The founder and some staff of a directory site called TV Links was arrested this weekend and the site was shut down by British police. listed links to other sites where visitors could find television content, often posted without permission of copyright holders.

It's one of those cases in which it's hard not to think both "I can't believe this happened" and "I can't believe it took so long" in the same mental breath. Crazed, uncontrolled linking has long been one of the biggest points of contention between people who use the internet and people who have no idea how it works.

Critics of the legal move argue that if linking to illegal content is itself illegal, much of the internet, including Google and YouTube, would be much more reasonable targets than this little British site (correction, as commenters have pointed out - TV Link was not really a little site).

Kieron Sharp, the Director of FACT, the British legal department that carried out the raid (who could argue with them?) said the following about TV Links. "Sites such as TV-Links contribute to and profit from copyright infringement by identifying, posting, organising, and indexing links to infringing content found on the internet that users can then view on demand by visiting these illegal sites." Sharp says this is only the beginning and many more sites will go down in the near future.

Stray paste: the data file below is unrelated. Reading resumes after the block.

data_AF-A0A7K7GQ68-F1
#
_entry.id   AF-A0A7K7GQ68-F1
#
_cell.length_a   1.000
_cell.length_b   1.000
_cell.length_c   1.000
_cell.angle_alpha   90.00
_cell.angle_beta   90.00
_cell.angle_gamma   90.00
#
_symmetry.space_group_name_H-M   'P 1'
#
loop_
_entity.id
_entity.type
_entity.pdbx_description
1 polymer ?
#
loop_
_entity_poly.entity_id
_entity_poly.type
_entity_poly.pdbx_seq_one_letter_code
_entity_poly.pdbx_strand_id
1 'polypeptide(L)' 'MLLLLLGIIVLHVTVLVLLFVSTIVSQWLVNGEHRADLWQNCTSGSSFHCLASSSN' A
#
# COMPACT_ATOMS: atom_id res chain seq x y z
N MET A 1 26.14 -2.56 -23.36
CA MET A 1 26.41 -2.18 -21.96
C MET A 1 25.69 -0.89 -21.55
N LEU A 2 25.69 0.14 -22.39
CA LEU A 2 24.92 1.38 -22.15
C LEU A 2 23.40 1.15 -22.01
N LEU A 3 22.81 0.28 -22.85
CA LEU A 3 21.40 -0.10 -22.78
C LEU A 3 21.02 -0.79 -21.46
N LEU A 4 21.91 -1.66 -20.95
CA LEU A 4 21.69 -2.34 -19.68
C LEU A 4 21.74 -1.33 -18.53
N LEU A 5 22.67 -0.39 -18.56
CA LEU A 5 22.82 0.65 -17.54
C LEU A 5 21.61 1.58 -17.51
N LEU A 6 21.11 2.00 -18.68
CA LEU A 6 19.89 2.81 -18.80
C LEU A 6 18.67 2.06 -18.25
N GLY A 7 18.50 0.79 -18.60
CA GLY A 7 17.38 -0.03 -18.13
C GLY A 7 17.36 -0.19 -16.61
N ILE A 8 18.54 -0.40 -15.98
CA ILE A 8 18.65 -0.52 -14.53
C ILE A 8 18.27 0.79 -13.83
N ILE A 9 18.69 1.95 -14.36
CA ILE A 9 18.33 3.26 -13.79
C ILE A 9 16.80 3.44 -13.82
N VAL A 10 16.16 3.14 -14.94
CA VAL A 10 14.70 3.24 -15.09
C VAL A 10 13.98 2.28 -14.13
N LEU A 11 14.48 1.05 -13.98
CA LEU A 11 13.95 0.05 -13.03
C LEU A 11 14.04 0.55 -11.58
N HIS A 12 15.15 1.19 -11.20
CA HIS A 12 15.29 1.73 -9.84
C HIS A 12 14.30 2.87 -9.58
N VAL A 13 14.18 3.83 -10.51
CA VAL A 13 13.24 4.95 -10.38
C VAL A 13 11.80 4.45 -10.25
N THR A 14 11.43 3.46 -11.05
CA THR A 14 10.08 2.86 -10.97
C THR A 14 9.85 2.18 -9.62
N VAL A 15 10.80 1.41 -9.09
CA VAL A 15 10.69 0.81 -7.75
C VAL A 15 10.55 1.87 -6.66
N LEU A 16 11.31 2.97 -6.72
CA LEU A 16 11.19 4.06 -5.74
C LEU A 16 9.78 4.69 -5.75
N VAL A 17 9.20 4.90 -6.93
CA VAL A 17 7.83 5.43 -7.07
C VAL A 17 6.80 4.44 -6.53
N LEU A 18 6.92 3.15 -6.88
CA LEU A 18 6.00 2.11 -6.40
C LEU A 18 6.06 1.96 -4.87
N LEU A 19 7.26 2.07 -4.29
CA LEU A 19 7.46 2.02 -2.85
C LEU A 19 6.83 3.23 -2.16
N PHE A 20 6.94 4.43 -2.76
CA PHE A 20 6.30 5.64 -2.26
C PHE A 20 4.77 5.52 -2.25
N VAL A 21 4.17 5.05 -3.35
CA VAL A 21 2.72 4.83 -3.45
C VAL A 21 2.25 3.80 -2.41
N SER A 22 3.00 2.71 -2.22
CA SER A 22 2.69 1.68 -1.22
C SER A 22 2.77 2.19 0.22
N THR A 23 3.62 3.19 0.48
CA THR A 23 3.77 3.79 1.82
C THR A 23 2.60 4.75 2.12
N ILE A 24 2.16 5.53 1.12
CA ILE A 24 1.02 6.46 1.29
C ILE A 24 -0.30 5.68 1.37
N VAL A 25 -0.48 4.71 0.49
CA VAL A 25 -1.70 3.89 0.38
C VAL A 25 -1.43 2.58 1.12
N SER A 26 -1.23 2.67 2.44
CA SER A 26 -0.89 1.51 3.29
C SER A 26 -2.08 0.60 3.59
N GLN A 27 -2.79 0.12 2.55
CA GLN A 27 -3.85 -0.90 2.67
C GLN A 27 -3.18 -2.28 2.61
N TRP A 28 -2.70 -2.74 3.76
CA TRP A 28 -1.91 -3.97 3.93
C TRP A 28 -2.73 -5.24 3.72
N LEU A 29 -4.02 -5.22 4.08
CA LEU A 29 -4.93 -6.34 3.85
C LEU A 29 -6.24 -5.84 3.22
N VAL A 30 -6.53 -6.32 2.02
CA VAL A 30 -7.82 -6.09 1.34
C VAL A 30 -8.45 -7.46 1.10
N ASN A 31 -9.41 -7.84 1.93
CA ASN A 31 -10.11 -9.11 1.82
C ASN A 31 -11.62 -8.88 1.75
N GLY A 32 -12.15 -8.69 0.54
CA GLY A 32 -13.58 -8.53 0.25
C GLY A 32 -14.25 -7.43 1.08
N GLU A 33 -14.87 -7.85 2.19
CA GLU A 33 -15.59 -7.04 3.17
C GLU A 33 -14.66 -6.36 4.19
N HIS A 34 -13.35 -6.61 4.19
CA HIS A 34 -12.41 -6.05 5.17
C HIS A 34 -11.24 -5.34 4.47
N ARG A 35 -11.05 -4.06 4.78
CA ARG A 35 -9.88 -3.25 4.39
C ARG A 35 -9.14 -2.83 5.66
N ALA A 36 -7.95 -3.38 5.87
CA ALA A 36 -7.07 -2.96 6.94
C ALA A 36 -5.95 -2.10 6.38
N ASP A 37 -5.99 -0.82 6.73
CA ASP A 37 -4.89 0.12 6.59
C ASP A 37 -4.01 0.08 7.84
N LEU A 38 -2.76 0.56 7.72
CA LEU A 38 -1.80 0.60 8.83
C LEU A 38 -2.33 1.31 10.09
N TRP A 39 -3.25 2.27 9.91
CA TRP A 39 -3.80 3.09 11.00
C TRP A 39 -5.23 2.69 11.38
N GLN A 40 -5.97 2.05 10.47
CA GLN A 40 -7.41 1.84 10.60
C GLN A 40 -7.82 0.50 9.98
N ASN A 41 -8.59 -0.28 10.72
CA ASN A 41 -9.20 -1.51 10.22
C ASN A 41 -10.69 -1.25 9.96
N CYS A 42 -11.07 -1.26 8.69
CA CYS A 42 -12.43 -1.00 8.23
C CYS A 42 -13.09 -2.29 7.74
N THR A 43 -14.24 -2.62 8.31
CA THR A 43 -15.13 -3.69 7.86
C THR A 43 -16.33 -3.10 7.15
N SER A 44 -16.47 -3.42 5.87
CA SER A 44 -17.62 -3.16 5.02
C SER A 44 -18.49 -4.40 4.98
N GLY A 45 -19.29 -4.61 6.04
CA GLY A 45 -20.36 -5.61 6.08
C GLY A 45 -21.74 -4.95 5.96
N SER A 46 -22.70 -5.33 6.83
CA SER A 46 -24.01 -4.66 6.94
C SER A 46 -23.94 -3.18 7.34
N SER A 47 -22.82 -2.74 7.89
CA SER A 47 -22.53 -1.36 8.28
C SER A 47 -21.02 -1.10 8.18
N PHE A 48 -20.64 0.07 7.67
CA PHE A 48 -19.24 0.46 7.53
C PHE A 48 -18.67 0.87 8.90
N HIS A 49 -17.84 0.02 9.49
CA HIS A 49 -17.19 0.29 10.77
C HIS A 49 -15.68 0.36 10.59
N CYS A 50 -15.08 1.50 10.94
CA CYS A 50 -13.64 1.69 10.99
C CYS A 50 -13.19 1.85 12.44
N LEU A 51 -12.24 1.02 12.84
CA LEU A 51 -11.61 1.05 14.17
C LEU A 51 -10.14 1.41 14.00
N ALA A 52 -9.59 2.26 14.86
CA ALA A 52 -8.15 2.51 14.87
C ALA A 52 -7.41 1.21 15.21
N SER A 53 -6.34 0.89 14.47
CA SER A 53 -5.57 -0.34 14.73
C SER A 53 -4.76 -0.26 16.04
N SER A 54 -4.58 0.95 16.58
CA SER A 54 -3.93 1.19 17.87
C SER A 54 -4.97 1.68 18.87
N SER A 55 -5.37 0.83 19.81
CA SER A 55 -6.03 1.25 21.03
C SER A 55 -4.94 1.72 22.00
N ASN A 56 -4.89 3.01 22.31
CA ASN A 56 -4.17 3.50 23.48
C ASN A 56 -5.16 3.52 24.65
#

If Mr. Sharp will forgive me for linking to it, I will point out that the Internet Archive has preserved copies of the wretched TV Links site through the past 12 months. I want to emphasize that I'm only linking to a site that's cached a site that's linking to other sites that may include content that could have been uploaded without the copyright holder's consent. I hope that's ok; if it's not I'm going to take the rest of the day off of the internet.